Samsung apologises for ad showing woman running alone at 2am

Samsung's ad was labeled tone-deaf for showing a woman running alone in a city at 2am.

Samsung's ad was labeled tone-deaf for showing a woman running alone in a city at 2am. Photo: YouTube

Samsung has apologised for an advert targeting women that has been lambasted as “unrealistic”, showing a woman running alone in the middle of the night.

The ad, released as part of the tech company’s Night Owls campaign designed to celebrate individuality and exercising at all hours, opens with a woman getting up at 2am to go for a run.

Spruiking Samsung’s Galaxy Watch and Galaxy Buds, the advertisement shows the young woman taking to the city streets, running past groups of people, smiling at a man on the footpath, while an owl follows her every move.

The ad has been blasted online and by women’s running groups for being tone-deaf to concerns of safety, sparking a social media movement, #shewasonarun, where women shared stories about being harassed while running.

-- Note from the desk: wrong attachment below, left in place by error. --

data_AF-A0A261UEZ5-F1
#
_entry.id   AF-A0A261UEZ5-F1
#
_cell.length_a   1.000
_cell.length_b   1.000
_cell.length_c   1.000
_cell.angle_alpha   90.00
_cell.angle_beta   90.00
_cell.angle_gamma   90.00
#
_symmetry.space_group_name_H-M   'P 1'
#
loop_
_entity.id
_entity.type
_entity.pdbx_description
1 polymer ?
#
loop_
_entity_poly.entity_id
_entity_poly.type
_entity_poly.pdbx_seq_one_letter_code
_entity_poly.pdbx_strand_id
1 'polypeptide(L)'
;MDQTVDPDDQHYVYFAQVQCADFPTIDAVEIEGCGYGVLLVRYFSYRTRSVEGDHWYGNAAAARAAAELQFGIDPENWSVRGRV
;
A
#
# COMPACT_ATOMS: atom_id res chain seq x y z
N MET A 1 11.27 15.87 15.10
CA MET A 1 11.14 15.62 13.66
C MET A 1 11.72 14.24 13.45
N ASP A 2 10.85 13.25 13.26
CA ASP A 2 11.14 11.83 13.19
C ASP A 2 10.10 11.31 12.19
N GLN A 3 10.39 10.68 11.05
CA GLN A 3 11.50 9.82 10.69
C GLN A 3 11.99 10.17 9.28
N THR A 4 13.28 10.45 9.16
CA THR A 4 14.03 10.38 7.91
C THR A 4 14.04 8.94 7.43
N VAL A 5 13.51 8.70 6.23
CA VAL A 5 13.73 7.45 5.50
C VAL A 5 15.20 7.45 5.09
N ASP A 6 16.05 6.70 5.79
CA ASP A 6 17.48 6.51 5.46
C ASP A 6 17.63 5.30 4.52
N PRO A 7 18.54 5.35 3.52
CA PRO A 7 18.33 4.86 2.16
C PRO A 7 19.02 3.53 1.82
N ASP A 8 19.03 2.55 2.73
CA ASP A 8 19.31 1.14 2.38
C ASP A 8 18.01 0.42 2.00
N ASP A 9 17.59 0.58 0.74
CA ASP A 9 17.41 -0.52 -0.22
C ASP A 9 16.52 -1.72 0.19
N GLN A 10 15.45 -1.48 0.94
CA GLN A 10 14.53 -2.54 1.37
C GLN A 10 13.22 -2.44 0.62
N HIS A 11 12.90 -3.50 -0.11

Samsung said it was never its intention to “be insensitive to ongoing conversations around women’s safety.”

“We apologise for how this may have been received,” it said.

The advert was published on YouTube in late March to a whirlwind of negative responses, with many calling out how unrelatable it is.

Samsung responded to some “unrealistic” comments on social media, according to the BBC.

“We can assure you that the meaning for this advert is for all Galaxy customers/viewers to achieve their health and wellness goals on their own schedules,” it said.

Women’s Running magazine and podcast editor Esther Newman told BBC the advert was “not representing the truth” about women’s feelings of insecurity while exercising at night, let alone with headphones on.

“Women don’t run at that time because we are too scared to,” she told Radio 1 Newsbeat.

“It’s really shocking. I don’t know any woman who would be running at two in the morning. Certainly not in a city.”

Newman said the woman in the advertisement wearing headphones was a “contentious point”.

“Most women runners I know don’t wear headphones, and that’s during the day, because they are concerned about their safety,” she said.

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